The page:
This is an excerpt from the 2016 edition of the All Strength Training Ultimate Challenge Body Transformation Guide, but I liked it so much after I wrote it that I couldn’t help sharing it with you all.
Your nutrition matters. While it is by far the least glamorous part of creating physical change, it is crucial. No matter how hard you train, or how much cardio you do, you cannot compensate for a lack of consistency and accuracy with what you put into your body. You can’t out-train a bad diet, as the Instagram-meme crowd might say.
And you’ll buy into the idea, too. You may have already had a conversation with yourself that goes a little something like this:
“Okay, starting tomorrow, I’m going to go all in with my eating. I want to speed up my progress, so I’m going to eat fewer carbs, eat healthier snacks, have something with more protein for breakfast, and be more picky with my dinner plans.” You’re excited (and maybe a little scared), you have every intention of kicking your fat’s ass, tomorrow. Let’s do this.
Then what follows might look like this the next day:
7am – open the refrigerator. Realize that all you have ready to eat now is a jar of hamburger pickles from a cookout you did last summer and two leftover waffles from brunch the weekend before.
9:30am – you’re starving, so on the way to work you stop by Starbucks and get a latte and a breakfast sandwich. Spend a solid three minutes before you order standing at the pastry case, undressing that chocolate scone with your eyes and drooling so much the guy standing next to you is taking a picture and posting it on Facebook. It already has 50 likes by the time you snap out of it and decide to get a sandwich instead.
9:33am – eat your breakfast sandwich while thinking about that chocolate scone from earlier. You wonder to yourself, how many times would I have to run up that goddamn hill to burn that thing off?
11:00am – you’re hungry again. Still two more hours until lunch. Okay, I need something healthy from the vending machine. They have that new refrigerated vending machine now! Perfect!
11:04am – you notice that there’s one yogurt parfait left in the vending machine. That’ll work!
11:05am – the yogurt parfait expired 10 days ago. Those aren’t blueberries in it, that’s just the color of the yogurt now.
11:06am – Oh my God, someone please call a priest, my GI tract needs an exorcism.
1:01pm – Sure, I would love to go to Olive Garden with you! I forgot to bring my lunch. I’ll just get a salad, I’m watching my diet.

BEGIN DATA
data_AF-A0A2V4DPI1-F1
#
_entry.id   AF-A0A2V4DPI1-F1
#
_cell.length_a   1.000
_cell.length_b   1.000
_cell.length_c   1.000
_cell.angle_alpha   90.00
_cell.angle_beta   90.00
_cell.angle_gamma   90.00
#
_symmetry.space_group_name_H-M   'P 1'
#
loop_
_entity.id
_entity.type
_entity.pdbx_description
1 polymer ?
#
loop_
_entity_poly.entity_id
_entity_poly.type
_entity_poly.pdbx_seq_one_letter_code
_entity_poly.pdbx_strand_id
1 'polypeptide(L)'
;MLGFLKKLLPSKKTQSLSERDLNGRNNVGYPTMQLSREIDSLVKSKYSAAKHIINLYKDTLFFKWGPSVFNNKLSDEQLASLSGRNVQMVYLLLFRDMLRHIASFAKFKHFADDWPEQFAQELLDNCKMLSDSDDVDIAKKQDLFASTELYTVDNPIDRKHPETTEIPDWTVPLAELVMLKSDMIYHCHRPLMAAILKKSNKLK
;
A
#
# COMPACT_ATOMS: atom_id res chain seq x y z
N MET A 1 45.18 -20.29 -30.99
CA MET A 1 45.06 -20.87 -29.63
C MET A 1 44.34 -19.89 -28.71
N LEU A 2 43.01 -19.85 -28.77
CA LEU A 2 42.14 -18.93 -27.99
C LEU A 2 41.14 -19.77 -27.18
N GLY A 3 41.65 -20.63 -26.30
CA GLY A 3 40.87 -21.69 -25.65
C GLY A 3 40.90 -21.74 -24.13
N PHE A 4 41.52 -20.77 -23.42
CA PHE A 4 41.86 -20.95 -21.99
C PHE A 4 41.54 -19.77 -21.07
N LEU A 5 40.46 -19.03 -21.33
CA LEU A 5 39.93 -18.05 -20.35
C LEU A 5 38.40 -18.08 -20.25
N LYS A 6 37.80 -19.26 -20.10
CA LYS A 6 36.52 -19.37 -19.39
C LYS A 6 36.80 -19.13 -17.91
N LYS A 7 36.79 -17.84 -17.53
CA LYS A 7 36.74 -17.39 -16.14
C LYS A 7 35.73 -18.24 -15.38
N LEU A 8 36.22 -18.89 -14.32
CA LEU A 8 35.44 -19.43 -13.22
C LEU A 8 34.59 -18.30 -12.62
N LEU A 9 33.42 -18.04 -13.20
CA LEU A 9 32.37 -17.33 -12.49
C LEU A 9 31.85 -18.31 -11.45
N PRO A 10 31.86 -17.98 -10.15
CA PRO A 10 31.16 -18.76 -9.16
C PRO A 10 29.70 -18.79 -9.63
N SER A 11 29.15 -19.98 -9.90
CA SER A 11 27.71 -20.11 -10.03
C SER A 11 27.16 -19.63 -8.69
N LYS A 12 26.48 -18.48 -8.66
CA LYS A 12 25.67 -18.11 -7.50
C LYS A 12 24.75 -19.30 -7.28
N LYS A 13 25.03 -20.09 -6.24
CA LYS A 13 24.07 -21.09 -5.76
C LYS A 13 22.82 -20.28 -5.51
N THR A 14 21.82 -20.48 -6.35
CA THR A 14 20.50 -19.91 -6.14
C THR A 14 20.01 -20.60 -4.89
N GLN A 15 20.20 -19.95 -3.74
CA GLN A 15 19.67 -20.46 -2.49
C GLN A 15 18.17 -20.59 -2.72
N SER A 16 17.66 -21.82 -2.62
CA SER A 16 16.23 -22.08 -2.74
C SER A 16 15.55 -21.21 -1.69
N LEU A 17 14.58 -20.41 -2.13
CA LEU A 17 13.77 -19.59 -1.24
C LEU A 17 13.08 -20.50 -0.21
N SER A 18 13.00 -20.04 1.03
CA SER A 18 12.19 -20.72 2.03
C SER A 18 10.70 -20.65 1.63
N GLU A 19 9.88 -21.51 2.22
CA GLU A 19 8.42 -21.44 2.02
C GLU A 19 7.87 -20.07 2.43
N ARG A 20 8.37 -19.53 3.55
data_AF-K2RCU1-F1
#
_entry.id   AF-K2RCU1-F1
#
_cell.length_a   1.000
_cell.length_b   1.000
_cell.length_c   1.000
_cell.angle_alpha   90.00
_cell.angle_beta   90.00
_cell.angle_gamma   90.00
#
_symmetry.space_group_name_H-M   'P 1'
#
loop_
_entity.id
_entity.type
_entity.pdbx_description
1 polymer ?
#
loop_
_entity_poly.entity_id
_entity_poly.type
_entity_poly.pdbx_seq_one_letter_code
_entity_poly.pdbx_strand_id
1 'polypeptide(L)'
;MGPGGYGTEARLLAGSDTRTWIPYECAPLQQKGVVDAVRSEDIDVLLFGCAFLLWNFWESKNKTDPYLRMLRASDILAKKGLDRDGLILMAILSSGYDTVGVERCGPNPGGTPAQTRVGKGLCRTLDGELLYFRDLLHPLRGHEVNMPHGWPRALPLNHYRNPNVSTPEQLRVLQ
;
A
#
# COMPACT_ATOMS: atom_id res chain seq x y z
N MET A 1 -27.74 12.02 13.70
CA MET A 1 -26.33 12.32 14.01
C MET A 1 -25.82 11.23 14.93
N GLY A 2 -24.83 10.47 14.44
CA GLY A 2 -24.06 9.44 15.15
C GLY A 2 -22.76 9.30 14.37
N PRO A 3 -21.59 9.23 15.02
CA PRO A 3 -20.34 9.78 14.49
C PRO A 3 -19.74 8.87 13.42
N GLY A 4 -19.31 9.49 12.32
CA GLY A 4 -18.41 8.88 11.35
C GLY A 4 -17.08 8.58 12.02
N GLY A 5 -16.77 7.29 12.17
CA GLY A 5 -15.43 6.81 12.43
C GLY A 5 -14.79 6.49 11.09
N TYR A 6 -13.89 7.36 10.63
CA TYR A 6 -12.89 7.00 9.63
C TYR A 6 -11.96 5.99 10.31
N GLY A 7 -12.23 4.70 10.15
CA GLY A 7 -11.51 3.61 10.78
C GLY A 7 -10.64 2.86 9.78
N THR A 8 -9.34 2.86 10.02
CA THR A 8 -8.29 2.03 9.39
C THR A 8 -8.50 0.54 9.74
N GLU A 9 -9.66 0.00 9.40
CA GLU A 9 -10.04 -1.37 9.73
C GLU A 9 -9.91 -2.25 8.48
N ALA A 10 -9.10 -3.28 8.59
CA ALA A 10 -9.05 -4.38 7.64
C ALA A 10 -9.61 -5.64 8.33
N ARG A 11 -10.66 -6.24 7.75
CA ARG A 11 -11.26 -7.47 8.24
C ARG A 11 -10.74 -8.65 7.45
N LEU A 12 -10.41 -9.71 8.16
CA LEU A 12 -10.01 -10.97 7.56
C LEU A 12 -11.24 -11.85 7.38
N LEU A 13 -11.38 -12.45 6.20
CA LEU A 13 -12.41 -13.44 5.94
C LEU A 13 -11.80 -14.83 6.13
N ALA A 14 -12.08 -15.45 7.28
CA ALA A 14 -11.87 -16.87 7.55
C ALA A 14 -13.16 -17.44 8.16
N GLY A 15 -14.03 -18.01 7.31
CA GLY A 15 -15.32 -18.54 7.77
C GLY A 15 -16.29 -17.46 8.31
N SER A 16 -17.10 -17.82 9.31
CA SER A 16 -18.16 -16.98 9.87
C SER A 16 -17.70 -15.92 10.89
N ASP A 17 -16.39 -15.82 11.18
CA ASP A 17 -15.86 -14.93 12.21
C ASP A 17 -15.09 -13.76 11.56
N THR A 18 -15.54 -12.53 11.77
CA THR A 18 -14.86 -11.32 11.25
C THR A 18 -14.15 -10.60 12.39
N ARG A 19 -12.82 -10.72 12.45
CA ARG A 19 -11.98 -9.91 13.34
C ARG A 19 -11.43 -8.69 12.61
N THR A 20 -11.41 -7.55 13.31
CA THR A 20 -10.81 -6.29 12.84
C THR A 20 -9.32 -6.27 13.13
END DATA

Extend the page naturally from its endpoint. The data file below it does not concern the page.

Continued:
1:15pm – Two words: Unlimited. Breadsticks.
3:30pm – you know you should probably eat something, but you’re terrified to go within 50 feet of the vending machine without a crucifix.
5:00pm – you politely try not to strangle your boss as he informs you that he needs that report done tonight. Don’t worry, he says, he’s definitely going to order in for everybody. He’ll put the order in before he leaves in 10 minutes while you prepare to be stuck there all night.
9:47pm – you’re super proud of yourself, because you didn’t eat any of the pizza your boss ordered in, because you really want to stick to the plan.
9:48pm – you open your fridge to realize that you had your dinner ready in a glass dish, you just need to put it in the oven for an hour first before it’s ready.
9:49pm – Seriously, that’s the bottom of the popcorn bag ALREADY?
9:51pm – screw this, I’m going to bed. I’m too tired to wait an hour for dinner, I’ll have to make it tomorrow.
7:00am – open the fridge again. Goddamn pickles.
This type of scenario, as over the top as it may sound, isn’t that far removed from the truth for many of the clients that come to us with their daily struggles. Every day starts with the best intentions, but intentions can quickly be swept away when we rely on everything to go our way at meal time.
I should be able to get up a few minutes early to cook breakfast, it shouldn’t take that long.
I’ll just head across the street right at lunch time so I can grab something good and have time to eat before the afternoon meeting.
I can just figure out dinner when I get home.
But how many times are you too tired to get up, so you hit the snooze alarm and use up all the time you’d allotted toward your breakfast? How many times have you had to have a “working lunch” because something urgent came up at work, so you never got to leave to walk across the street? Have you ever come home ready to make dinner, only to realize that the recipe you wanted to use required a bunch of things you didn’t have in your kitchen?
Intention is a wonderful thing, and extremely important for success. But intention without preparation? It leaves you at the mercy of everything going your way, and you lose the ability to control your own successes.